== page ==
- Make sure water from your roof runs away from your house by having downspouts lead away from the foundation.
- Ensure that the ground around your house slopes away from the house.
- Run a dehumidifier in your basement, even if you have an air conditioner. An air conditioner dehumidifies only when it is running, which may be only a small fraction of the time.
- Do not keep mold-susceptible items, such as paper, cardboard and clothing, in your basement. They absorb moisture and can grow mold.
- Carpets in the basement or bathroom are likely places for molds to grow. It is best not to have carpets in these areas.
- Do not hang clothes to dry in the basement. Use a clothes dryer vented to the outside.
- Do not store firewood inside the house.
- Reduce the number of house plants. Watering them is a source of moisture. The soil can be a source of molds.
- Do not humidify unless absolutely necessary. First, measure the RH with a hygrometer. Readings of 25 to 35 per cent in the winter are generally acceptable. For information about buying and using a hygrometer.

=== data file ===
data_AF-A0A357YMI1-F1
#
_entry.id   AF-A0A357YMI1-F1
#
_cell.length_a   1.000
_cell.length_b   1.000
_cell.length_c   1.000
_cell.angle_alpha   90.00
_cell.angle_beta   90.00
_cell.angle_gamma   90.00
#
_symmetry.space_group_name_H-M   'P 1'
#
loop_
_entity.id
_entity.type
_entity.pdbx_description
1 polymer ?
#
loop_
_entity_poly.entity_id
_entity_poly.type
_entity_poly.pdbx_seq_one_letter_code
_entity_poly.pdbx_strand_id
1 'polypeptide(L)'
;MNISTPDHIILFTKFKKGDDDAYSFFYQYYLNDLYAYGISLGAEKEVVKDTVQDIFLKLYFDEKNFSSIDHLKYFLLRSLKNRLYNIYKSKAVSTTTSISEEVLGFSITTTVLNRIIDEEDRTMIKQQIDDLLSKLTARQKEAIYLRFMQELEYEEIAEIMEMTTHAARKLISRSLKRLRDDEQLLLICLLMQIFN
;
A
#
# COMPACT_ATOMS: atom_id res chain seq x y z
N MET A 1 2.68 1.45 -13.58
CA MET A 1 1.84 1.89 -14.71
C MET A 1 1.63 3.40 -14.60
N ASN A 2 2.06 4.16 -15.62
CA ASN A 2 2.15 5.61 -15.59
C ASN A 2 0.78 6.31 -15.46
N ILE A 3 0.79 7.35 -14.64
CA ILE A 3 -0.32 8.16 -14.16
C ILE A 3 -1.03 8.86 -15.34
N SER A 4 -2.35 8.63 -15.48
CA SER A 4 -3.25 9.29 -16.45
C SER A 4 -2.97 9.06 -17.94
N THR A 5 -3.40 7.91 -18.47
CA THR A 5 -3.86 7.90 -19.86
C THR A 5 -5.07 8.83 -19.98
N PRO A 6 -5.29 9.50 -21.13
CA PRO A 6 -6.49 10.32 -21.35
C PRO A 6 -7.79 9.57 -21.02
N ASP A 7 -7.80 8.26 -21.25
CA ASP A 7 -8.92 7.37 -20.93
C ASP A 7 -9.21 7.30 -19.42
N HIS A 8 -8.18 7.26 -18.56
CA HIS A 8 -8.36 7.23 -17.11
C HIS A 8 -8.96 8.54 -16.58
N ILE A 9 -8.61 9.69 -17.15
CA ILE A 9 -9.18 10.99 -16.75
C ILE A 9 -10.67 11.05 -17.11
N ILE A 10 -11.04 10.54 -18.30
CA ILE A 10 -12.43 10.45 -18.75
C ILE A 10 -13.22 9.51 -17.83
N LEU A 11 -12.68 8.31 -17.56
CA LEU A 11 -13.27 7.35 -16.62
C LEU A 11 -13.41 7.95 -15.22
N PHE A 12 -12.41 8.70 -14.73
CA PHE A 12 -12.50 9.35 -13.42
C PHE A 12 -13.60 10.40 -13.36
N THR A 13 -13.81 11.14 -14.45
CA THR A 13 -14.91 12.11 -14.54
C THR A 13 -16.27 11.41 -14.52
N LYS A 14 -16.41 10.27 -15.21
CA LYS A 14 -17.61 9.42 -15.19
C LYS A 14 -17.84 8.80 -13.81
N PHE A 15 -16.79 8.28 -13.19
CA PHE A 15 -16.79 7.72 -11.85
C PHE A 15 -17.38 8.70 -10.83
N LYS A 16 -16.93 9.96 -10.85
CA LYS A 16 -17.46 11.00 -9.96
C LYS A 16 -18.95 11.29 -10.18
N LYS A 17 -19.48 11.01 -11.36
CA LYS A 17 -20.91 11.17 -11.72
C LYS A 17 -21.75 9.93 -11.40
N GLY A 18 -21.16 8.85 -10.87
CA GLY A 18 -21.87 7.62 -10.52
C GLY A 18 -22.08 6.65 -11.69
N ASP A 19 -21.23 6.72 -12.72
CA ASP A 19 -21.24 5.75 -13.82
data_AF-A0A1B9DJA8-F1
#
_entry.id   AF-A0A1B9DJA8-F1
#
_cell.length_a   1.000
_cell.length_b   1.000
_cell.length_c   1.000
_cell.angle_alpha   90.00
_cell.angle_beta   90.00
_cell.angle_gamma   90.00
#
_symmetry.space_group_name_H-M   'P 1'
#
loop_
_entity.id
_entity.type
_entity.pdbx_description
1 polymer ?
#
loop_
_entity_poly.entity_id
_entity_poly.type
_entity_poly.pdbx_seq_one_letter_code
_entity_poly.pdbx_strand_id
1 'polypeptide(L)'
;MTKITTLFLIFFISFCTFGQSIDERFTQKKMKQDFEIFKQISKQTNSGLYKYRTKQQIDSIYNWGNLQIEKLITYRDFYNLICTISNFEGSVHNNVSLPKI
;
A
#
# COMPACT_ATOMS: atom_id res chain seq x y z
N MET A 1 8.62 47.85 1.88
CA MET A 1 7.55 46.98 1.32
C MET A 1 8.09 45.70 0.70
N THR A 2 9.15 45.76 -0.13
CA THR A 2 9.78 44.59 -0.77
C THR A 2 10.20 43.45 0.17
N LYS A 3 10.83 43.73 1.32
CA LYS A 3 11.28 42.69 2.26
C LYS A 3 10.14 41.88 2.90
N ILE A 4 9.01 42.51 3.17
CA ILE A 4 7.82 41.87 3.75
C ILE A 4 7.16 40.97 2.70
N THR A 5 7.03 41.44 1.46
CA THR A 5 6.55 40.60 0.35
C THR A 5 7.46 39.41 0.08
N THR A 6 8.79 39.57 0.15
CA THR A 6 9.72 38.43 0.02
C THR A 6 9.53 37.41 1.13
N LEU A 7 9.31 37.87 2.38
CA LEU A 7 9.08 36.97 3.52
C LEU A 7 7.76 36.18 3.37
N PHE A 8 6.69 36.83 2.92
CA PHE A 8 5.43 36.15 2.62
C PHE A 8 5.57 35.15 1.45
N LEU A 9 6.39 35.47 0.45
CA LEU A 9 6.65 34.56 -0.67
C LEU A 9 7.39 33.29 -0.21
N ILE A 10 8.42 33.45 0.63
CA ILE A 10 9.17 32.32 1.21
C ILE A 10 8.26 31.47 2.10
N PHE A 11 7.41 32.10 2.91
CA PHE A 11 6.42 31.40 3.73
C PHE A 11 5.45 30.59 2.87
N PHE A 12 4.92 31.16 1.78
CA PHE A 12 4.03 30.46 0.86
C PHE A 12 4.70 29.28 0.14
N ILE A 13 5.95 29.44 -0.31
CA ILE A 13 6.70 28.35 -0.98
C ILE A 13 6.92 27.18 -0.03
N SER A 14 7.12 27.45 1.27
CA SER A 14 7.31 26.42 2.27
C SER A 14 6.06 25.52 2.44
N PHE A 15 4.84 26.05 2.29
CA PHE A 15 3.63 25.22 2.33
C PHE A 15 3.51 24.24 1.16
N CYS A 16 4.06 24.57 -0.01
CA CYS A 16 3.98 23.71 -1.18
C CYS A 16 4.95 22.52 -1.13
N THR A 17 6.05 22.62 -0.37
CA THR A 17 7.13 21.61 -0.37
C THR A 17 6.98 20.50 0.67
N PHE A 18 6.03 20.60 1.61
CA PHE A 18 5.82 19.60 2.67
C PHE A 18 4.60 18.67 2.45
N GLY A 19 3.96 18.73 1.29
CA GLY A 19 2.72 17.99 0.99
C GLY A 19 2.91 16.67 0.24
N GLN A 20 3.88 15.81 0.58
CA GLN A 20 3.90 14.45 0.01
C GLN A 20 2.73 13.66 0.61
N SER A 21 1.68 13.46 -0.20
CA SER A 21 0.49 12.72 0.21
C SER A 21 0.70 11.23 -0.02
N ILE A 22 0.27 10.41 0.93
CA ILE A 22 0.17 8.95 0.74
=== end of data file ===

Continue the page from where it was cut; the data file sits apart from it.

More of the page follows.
- If you need humidity at night, use a portable humidifier in your bedroom. Monitor the RH and cycle the unit on and off as necessary. Air the room out to dry during the day. Clean the humidifier after each use. Check windows for condensation and wipe up as necessary.
- When you shower or bathe, use the bathroom fan and let it run for 15 minutes or longer after you are finished.
- Bathroom and kitchen fans should exhaust outside.
- When cooking, use the kitchen fan to get rid of moisture and odours.
- Do not leave areas of the house unheated. Cold, unheated or damp areas in the house are likely to get moldy. Excessive thermostat setbacks at night may also encourage mold growth.
- Act immediately if there is a leak or a flood. Solve the problem, then remove and dry wet flooring, walls, furnishings and other belongings. Discard what you cannot dry.
- Clean up small areas of mold yourself, following the measures provided in CMHC’s Clean-up Procedures for Mold in Houses.
- Get professional help if there is a lot of mold.
- Keep potentially mold-laden dust to a minimum by vacuuming with a HEPA vacuum or central vacuum exhausted to the outside.
Some people with asthma are allergic to animal dander, which comes from the saliva and the oil glands of fur-bearing animals, such as dogs, cats, hamsters, gerbils and mice. Even short-haired cats and dogs produce dander.